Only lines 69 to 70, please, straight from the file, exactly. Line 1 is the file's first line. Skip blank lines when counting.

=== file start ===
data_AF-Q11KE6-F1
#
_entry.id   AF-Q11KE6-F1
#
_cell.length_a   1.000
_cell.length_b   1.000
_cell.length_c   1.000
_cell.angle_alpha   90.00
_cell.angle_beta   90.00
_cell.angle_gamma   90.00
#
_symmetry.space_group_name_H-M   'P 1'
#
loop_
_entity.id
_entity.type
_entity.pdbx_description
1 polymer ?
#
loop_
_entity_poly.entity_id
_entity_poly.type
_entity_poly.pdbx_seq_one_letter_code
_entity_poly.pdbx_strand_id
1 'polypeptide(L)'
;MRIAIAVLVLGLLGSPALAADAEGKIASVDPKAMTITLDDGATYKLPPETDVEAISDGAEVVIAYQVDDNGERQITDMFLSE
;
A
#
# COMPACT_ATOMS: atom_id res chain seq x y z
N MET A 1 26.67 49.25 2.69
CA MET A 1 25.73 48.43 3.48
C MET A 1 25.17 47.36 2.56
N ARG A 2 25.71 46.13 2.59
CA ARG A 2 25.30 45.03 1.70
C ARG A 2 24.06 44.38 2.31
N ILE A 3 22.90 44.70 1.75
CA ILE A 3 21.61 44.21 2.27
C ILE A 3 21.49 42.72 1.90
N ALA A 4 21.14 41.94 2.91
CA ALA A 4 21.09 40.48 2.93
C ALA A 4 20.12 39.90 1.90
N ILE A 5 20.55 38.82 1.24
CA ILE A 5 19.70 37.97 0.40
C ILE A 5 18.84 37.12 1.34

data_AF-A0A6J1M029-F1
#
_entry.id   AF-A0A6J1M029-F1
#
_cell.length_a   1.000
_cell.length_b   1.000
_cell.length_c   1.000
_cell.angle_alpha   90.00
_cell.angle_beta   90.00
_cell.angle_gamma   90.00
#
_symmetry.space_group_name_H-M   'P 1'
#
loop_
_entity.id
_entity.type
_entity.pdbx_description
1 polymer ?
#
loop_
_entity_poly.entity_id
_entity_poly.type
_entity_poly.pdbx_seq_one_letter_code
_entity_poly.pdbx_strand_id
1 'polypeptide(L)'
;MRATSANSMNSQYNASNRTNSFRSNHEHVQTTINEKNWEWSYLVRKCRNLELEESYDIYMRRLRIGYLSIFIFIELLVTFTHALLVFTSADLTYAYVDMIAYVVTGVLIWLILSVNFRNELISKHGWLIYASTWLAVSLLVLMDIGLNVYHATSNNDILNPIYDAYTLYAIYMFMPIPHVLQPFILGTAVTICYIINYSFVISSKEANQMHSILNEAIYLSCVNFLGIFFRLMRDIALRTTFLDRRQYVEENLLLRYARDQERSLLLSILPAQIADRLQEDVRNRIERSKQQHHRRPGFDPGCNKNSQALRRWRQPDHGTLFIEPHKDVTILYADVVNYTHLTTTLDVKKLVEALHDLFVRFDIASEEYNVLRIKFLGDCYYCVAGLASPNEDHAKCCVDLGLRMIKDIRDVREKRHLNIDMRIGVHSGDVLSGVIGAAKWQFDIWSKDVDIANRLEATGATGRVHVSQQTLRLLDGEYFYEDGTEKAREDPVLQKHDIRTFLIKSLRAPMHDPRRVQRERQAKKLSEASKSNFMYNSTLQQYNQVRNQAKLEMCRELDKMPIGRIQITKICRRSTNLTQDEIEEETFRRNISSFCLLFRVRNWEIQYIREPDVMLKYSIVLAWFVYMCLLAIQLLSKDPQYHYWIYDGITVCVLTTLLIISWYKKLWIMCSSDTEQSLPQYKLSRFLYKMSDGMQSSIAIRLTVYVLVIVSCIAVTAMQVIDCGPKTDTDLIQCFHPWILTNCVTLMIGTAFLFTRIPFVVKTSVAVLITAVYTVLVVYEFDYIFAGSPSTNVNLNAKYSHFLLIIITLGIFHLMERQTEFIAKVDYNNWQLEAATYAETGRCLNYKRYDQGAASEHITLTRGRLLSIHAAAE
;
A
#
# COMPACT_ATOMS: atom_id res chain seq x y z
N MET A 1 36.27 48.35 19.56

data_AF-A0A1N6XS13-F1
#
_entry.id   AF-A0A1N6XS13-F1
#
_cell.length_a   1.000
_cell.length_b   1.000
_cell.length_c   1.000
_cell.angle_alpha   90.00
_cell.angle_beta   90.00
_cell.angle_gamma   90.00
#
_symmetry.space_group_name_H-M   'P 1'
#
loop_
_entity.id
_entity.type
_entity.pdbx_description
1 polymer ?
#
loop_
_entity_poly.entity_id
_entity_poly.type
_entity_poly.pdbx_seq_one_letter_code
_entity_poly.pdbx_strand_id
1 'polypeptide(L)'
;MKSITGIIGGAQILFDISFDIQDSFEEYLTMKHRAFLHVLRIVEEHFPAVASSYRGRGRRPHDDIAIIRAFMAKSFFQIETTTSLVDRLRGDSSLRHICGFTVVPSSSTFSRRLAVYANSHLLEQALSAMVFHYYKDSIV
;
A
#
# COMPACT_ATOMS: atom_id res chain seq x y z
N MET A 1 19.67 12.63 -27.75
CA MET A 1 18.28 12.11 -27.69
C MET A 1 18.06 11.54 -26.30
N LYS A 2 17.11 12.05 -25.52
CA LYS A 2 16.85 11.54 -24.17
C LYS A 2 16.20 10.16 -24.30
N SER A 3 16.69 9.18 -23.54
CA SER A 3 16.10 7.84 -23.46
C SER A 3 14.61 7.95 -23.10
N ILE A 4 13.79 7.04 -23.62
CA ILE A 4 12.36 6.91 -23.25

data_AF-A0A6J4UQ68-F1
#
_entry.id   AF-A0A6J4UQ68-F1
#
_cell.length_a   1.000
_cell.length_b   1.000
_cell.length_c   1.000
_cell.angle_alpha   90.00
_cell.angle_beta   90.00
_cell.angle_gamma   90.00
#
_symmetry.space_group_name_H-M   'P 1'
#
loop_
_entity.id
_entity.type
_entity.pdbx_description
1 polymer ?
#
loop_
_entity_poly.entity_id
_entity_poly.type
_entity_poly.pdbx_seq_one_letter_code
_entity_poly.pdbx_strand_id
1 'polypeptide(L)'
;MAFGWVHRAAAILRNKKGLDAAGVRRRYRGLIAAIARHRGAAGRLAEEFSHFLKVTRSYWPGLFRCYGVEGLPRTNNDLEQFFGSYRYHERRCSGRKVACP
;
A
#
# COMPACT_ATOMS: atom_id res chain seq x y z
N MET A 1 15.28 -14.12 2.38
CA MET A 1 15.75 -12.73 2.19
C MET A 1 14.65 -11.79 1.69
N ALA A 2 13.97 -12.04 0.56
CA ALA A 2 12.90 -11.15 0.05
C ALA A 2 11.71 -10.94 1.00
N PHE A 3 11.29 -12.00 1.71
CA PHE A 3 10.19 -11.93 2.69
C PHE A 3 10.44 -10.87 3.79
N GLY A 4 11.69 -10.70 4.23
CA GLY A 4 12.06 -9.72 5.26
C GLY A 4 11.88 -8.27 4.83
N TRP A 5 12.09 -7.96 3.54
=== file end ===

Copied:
_entity_poly.pdbx_strand_id
1 'polypeptide(L)'